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my %hash;

my $input2 = "message";

#calling subroutine check_something

$self->check_something (%hash, message => $input2);

sub check_something {

my $self            = shift;
my %p               = @_;
my $message         = $p{message};
my %hash            = @_;

# do some action with the %hash and $input2;


I build a hash (%hash) and have another variable which I want to pass into a subroutine. However , inside the subroutine the way I am doing "my %hash = @_" also gets the value of $input2. What should I do to avoid this ?

share|improve this question

The @_ is an array so set up your variables as such. If you want to address individual pieces you can address as $_[0]; Pass the hash by ref:

$self->check_something (\%hash, {message => $input2});
sub check_something {
my ($self, $ref, $message) = @_;

my %p = %{$ref};
# can reference the value of $input2 through $$message{'message'} or casting $message as a hash my %m = %{$message}; $m{'message'};
# do some action with the %hash and $input2;

share|improve this answer
my %p = %{$ref}; gets me the hash fine. – user238021 Jul 29 '11 at 19:05
Lets say if I want to print the value of $input2 inside the subroutine, how can i do that ? should i do something like $message = $_[2] ? – user238021 Jul 29 '11 at 19:15
I forgot one in my dec. it should be my ($self, $ref, $message, $input) = @_; Because the => acts like a comma so you will have a string "message" and whatever $input2 is. – scrappedcola Jul 29 '11 at 19:35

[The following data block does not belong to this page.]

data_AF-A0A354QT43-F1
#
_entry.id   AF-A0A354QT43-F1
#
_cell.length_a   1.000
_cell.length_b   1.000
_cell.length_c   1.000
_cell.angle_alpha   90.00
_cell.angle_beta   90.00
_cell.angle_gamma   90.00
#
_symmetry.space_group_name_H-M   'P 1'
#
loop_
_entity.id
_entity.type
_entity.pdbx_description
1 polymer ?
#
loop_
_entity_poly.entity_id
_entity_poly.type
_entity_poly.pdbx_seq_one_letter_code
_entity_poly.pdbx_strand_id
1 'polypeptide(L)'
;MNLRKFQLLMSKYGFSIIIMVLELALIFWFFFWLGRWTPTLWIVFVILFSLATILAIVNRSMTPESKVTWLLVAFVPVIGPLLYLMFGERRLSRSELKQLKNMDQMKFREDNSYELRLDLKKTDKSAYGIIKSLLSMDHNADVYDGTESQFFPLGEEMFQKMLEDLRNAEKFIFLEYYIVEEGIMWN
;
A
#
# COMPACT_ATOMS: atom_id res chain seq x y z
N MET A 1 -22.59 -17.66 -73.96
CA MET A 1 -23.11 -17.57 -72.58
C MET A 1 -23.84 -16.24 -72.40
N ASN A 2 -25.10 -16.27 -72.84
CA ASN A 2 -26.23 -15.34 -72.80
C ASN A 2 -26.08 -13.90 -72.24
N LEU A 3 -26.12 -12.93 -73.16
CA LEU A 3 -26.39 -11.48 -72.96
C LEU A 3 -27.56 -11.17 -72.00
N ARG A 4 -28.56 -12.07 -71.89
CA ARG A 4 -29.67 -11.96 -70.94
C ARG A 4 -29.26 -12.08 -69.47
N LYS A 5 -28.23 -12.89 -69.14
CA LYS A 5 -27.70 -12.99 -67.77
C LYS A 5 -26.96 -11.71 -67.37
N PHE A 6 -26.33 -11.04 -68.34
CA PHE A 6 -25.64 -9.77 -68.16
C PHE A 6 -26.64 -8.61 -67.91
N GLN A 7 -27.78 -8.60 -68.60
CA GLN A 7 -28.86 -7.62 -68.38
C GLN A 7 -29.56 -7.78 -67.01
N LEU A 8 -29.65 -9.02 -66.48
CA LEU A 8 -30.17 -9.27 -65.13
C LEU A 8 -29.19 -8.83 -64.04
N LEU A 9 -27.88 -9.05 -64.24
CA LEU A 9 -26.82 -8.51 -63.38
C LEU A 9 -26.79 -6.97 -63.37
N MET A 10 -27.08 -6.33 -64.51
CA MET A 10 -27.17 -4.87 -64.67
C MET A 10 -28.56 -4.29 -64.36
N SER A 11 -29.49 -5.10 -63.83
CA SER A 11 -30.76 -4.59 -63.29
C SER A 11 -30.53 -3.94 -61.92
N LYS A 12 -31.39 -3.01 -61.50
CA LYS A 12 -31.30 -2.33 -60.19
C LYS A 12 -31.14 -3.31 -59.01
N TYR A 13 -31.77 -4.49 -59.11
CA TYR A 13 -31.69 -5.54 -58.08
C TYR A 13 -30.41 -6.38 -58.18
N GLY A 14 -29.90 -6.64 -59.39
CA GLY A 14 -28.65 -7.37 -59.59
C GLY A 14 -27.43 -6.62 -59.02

$self->check_something (%hash, message => $input2); sub check_something { my ($self, $ref, $message) = @_; my %p = %{$ref}; my $input2 = $$message{"message"}; When i run it, I get Cant use string "message" as a Hash ref – user238021 Jul 29 '11 at 19:38
passing $input2 just as a variable when I call the subroutine works fine but I would like to understand how to pass it as a Hash and use it inside the sub – user238021 Jul 29 '11 at 19:42

Either you pass first the variable, then the hash, or you pass a reference to the hash.

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Perl flattens subroutine arguments into a single list--Perl automatically does a to all non-prototyped subroutine calls. So, for the case of $self->check_something (%hash, message => $input2); the %hash is flattened.

So if:

%hash = ( foo => 1, bar => 2 );

Your sub call is:

   $self->check_something( foo => 1, bar => 2, message => $input2 );

So, if you want to pass your hash as a separate entity, you need to pass a reference:

   # Reference to hash:
   $self->check_something( \%hash, message => $input2 );

   # To pass an anonymous copy:    
   $self->check_something( {%hash}, message => $input2 );

   # To expand hash into an anonymous array:
   $self->check_something( [%hash], message => $input2 );

In most cases, you will probably want to do one of the first two examples I showed.

The benefit of the list flattening behavior is that is very easy to build up argument lists programatically. For example:

my %args = (
    foo => 'default',
    bar => 'default_bar',
    baz => 23,

$args{foo} = 'purple' if $thingy eq 'purple people eater';

my %result = get_more_args();
@args{ keys %result } = values %result;

my_amazing_sub_call( %args );
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